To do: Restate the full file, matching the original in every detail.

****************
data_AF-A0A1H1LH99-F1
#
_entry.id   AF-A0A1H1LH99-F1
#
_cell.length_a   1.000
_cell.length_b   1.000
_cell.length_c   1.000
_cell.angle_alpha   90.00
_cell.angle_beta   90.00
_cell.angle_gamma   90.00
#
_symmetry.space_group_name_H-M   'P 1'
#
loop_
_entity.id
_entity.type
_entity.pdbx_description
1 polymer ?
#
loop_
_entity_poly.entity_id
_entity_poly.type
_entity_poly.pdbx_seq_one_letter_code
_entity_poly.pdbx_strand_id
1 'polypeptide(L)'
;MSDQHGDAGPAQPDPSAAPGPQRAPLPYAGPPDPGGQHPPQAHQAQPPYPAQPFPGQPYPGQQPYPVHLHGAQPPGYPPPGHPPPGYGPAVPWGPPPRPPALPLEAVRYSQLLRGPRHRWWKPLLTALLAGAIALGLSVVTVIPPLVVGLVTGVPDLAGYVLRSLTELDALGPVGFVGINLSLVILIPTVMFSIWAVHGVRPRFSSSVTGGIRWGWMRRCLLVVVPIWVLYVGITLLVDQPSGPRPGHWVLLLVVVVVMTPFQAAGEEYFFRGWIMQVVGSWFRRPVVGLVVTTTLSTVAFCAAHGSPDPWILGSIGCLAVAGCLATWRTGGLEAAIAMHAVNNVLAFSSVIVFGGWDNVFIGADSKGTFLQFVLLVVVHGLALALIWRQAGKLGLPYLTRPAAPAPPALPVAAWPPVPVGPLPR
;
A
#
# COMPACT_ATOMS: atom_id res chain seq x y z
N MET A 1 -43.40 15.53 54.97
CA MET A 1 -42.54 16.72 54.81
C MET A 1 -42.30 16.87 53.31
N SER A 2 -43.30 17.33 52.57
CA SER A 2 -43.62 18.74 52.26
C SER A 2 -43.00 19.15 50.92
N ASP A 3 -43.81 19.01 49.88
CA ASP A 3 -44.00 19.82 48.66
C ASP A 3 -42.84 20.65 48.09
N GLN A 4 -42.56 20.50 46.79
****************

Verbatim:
data_AF-A0A1H1LH99-F1
#
_entry.id   AF-A0A1H1LH99-F1
#
_cell.length_a   1.000
_cell.length_b   1.000
_cell.length_c   1.000
_cell.angle_alpha   90.00
_cell.angle_beta   90.00
_cell.angle_gamma   90.00
#
_symmetry.space_group_name_H-M   'P 1'
#
loop_
_entity.id
_entity.type
_entity.pdbx_description
1 polymer ?
#
loop_
_entity_poly.entity_id
_entity_poly.type
_entity_poly.pdbx_seq_one_letter_code
_entity_poly.pdbx_strand_id
1 'polypeptide(L)'
;MSDQHGDAGPAQPDPSAAPGPQRAPLPYAGPPDPGGQHPPQAHQAQPPYPAQPFPGQPYPGQQPYPVHLHGAQPPGYPPPGHPPPGYGPAVPWGPPPRPPALPLEAVRYSQLLRGPRHRWWKPLLTALLAGAIALGLSVVTVIPPLVVGLVTGVPDLAGYVLRSLTELDALGPVGFVGINLSLVILIPTVMFSIWAVHGVRPRFSSSVTGGIRWGWMRRCLLVVVPIWVLYVGITLLVDQPSGPRPGHWVLLLVVVVVMTPFQAAGEEYFFRGWIMQVVGSWFRRPVVGLVVTTTLSTVAFCAAHGSPDPWILGSIGCLAVAGCLATWRTGGLEAAIAMHAVNNVLAFSSVIVFGGWDNVFIGADSKGTFLQFVLLVVVHGLALALIWRQAGKLGLPYLTRPAAPAPPALPVAAWPPVPVGPLPR
;
A
#
# COMPACT_ATOMS: atom_id res chain seq x y z
N MET A 1 -43.40 15.53 54.97
CA MET A 1 -42.54 16.72 54.81
C MET A 1 -42.30 16.87 53.31
N SER A 2 -43.30 17.33 52.57
CA SER A 2 -43.62 18.74 52.26
C SER A 2 -43.00 19.15 50.92
N ASP A 3 -43.81 19.01 49.88
CA ASP A 3 -44.00 19.82 48.66
C ASP A 3 -42.84 20.65 48.09
N GLN A 4 -42.56 20.50 46.79